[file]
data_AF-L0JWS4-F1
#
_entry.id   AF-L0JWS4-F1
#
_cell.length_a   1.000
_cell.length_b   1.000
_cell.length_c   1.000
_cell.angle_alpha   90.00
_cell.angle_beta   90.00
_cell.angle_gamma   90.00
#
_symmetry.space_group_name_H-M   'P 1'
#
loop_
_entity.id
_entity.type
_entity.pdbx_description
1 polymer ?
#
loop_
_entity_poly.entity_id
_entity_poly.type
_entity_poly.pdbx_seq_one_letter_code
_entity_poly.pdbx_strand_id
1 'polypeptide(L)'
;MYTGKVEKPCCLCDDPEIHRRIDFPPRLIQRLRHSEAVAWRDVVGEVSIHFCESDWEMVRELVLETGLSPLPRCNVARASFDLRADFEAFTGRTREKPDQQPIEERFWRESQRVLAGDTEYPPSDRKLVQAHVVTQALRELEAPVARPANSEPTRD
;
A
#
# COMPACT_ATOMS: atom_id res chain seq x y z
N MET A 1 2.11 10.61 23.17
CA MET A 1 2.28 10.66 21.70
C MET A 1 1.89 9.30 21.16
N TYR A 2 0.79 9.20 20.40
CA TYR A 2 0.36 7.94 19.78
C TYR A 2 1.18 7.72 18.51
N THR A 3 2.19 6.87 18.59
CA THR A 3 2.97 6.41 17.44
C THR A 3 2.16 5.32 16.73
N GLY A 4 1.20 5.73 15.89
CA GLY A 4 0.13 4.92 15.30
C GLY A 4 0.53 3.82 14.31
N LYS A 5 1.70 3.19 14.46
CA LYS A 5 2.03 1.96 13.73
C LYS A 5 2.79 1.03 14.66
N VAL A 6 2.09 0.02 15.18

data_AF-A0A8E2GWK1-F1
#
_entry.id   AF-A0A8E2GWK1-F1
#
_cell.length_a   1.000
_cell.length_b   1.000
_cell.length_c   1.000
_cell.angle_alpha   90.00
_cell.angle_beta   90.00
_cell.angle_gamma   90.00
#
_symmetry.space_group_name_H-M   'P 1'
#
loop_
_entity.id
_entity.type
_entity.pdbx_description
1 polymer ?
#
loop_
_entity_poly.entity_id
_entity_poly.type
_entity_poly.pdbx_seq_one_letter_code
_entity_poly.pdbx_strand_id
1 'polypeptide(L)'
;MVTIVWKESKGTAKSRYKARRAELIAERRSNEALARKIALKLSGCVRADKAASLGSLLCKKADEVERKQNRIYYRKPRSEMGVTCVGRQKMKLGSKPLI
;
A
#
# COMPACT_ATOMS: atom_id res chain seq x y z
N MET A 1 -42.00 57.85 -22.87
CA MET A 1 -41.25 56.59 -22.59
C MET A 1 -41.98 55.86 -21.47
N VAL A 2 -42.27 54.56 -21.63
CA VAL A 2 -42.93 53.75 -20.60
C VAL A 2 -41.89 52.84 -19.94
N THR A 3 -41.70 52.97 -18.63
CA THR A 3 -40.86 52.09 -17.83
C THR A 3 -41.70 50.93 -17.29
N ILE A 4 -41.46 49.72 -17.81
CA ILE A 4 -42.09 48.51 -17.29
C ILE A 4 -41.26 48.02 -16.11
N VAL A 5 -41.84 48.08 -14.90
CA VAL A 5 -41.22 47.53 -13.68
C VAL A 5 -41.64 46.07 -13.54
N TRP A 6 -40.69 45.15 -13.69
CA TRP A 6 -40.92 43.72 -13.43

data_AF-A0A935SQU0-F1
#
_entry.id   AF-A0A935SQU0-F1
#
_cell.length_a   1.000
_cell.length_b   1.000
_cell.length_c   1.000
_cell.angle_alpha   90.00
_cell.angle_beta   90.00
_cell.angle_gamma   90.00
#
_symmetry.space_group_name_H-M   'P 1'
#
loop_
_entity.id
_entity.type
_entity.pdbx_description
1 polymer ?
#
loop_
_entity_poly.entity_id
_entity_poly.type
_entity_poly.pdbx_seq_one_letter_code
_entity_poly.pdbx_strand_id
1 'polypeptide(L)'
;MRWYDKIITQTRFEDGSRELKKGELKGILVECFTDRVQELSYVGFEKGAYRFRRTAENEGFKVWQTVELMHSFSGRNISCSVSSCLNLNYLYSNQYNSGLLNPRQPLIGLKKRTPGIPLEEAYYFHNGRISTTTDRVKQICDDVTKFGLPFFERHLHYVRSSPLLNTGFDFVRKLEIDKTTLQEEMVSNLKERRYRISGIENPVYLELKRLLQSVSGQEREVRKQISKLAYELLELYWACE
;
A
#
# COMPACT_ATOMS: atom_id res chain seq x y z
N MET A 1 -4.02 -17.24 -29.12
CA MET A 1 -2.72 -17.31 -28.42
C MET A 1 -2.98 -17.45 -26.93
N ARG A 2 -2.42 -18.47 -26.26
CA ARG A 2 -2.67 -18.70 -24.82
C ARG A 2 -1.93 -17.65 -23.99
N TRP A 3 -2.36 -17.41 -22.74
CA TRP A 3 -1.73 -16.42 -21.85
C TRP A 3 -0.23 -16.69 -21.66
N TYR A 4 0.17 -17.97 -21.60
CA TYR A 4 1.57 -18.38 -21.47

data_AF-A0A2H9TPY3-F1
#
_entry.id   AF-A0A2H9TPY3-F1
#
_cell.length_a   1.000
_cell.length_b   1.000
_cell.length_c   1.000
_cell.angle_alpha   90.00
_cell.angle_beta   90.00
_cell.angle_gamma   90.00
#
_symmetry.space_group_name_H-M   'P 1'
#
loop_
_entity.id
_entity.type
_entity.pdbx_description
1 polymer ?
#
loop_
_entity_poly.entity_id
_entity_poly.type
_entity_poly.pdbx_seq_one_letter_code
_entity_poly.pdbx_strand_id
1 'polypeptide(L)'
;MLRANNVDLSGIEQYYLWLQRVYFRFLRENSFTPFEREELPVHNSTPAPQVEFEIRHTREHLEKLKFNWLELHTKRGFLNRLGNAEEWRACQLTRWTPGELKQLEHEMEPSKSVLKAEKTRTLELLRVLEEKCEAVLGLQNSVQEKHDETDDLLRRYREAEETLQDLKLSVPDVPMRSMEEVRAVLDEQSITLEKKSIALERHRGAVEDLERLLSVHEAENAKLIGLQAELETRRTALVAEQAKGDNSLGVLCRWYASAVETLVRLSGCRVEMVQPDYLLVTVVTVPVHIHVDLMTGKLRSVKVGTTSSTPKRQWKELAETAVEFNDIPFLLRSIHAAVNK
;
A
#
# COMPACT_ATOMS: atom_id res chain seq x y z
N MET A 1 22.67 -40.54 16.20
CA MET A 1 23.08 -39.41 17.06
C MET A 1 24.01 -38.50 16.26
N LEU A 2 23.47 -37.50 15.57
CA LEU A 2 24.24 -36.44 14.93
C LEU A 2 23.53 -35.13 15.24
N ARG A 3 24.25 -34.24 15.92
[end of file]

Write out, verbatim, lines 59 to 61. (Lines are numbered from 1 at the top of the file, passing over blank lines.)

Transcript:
#
loop_
_entity.id